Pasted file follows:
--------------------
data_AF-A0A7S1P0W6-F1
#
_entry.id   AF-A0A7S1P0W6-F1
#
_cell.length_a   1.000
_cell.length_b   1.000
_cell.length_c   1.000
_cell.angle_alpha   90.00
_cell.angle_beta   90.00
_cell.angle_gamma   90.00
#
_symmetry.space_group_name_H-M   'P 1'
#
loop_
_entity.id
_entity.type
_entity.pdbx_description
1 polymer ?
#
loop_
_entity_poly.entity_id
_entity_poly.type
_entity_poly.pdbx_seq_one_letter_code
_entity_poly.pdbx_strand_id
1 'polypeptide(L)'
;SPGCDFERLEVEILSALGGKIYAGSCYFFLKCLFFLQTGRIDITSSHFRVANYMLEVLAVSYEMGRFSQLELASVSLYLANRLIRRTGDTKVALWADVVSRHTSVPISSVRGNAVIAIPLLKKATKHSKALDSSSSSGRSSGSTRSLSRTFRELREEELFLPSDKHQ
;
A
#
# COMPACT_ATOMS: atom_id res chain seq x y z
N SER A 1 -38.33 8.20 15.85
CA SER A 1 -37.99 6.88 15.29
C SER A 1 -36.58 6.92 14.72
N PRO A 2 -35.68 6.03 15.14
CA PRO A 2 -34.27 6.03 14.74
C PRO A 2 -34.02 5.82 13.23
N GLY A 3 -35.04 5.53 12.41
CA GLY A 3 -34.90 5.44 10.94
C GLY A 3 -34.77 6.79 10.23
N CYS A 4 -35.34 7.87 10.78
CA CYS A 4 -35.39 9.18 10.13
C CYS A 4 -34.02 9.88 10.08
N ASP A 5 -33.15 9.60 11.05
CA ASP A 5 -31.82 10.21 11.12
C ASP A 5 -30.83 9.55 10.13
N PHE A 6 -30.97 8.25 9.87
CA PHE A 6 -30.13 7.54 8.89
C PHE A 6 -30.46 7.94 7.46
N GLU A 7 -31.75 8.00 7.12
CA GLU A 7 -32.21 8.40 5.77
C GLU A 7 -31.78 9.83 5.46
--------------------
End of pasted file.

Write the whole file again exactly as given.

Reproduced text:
data_AF-A0A7S1P0W6-F1
#
_entry.id   AF-A0A7S1P0W6-F1
#
_cell.length_a   1.000
_cell.length_b   1.000
_cell.length_c   1.000
_cell.angle_alpha   90.00
_cell.angle_beta   90.00
_cell.angle_gamma   90.00
#
_symmetry.space_group_name_H-M   'P 1'
#
loop_
_entity.id
_entity.type
_entity.pdbx_description
1 polymer ?
#
loop_
_entity_poly.entity_id
_entity_poly.type
_entity_poly.pdbx_seq_one_letter_code
_entity_poly.pdbx_strand_id
1 'polypeptide(L)'
;SPGCDFERLEVEILSALGGKIYAGSCYFFLKCLFFLQTGRIDITSSHFRVANYMLEVLAVSYEMGRFSQLELASVSLYLANRLIRRTGDTKVALWADVVSRHTSVPISSVRGNAVIAIPLLKKATKHSKALDSSSSSGRSSGSTRSLSRTFRELREEELFLPSDKHQ
;
A
#
# COMPACT_ATOMS: atom_id res chain seq x y z
N SER A 1 -38.33 8.20 15.85
CA SER A 1 -37.99 6.88 15.29
C SER A 1 -36.58 6.92 14.72
N PRO A 2 -35.68 6.03 15.14
CA PRO A 2 -34.27 6.03 14.74
C PRO A 2 -34.02 5.82 13.23
N GLY A 3 -35.04 5.53 12.41
CA GLY A 3 -34.90 5.44 10.94
C GLY A 3 -34.77 6.79 10.23
N CYS A 4 -35.34 7.87 10.78
CA CYS A 4 -35.39 9.18 10.13
C CYS A 4 -34.02 9.88 10.08
N ASP A 5 -33.15 9.60 11.05
CA ASP A 5 -31.82 10.21 11.12
C ASP A 5 -30.83 9.55 10.13
N PHE A 6 -30.97 8.25 9.87
CA PHE A 6 -30.13 7.54 8.89
C PHE A 6 -30.46 7.94 7.46
N GLU A 7 -31.75 8.00 7.12
CA GLU A 7 -32.21 8.40 5.77
C GLU A 7 -31.78 9.83 5.46